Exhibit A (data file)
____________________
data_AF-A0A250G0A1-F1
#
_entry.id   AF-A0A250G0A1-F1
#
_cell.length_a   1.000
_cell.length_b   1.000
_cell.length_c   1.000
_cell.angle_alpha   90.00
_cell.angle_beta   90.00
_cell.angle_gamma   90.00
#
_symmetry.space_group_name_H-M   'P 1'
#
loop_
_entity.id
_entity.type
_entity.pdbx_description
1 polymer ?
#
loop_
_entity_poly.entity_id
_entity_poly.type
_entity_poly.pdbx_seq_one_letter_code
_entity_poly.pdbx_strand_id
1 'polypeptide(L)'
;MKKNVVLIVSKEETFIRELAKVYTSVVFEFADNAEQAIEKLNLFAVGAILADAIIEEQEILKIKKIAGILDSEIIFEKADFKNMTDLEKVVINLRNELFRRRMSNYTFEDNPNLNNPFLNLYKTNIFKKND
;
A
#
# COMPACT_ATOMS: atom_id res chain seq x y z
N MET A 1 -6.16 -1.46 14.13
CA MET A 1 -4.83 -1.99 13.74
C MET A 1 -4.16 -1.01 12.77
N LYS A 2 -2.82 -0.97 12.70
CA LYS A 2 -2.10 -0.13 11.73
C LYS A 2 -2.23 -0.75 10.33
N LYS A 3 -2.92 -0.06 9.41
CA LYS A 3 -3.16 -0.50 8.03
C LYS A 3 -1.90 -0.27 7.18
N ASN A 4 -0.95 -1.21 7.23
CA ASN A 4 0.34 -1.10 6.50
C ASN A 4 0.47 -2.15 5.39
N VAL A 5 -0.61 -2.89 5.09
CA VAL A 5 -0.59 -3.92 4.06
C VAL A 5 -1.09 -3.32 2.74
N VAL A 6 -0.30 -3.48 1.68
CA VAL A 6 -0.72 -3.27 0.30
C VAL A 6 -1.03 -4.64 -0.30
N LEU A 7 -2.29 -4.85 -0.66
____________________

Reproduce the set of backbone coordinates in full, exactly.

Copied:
data_AF-A0A250G0A1-F1
#
_entry.id   AF-A0A250G0A1-F1
#
_cell.length_a   1.000
_cell.length_b   1.000
_cell.length_c   1.000
_cell.angle_alpha   90.00
_cell.angle_beta   90.00
_cell.angle_gamma   90.00
#
_symmetry.space_group_name_H-M   'P 1'
#
loop_
_entity.id
_entity.type
_entity.pdbx_description
1 polymer ?
#
loop_
_entity_poly.entity_id
_entity_poly.type
_entity_poly.pdbx_seq_one_letter_code
_entity_poly.pdbx_strand_id
1 'polypeptide(L)'
;MKKNVVLIVSKEETFIRELAKVYTSVVFEFADNAEQAIEKLNLFAVGAILADAIIEEQEILKIKKIAGILDSEIIFEKADFKNMTDLEKVVINLRNELFRRRMSNYTFEDNPNLNNPFLNLYKTNIFKKND
;
A
#
# COMPACT_ATOMS: atom_id res chain seq x y z
N MET A 1 -6.16 -1.46 14.13
CA MET A 1 -4.83 -1.99 13.74
C MET A 1 -4.16 -1.01 12.77
N LYS A 2 -2.82 -0.97 12.70
CA LYS A 2 -2.10 -0.13 11.73
C LYS A 2 -2.23 -0.75 10.33
N LYS A 3 -2.92 -0.06 9.41
CA LYS A 3 -3.16 -0.50 8.03
C LYS A 3 -1.90 -0.27 7.18
N ASN A 4 -0.95 -1.21 7.23
CA ASN A 4 0.34 -1.10 6.50
C ASN A 4 0.47 -2.15 5.39
N VAL A 5 -0.61 -2.89 5.09
CA VAL A 5 -0.59 -3.92 4.06
C VAL A 5 -1.09 -3.32 2.74
N VAL A 6 -0.30 -3.48 1.68
CA VAL A 6 -0.72 -3.27 0.30
C VAL A 6 -1.03 -4.64 -0.30
N LEU A 7 -2.29 -4.85 -0.66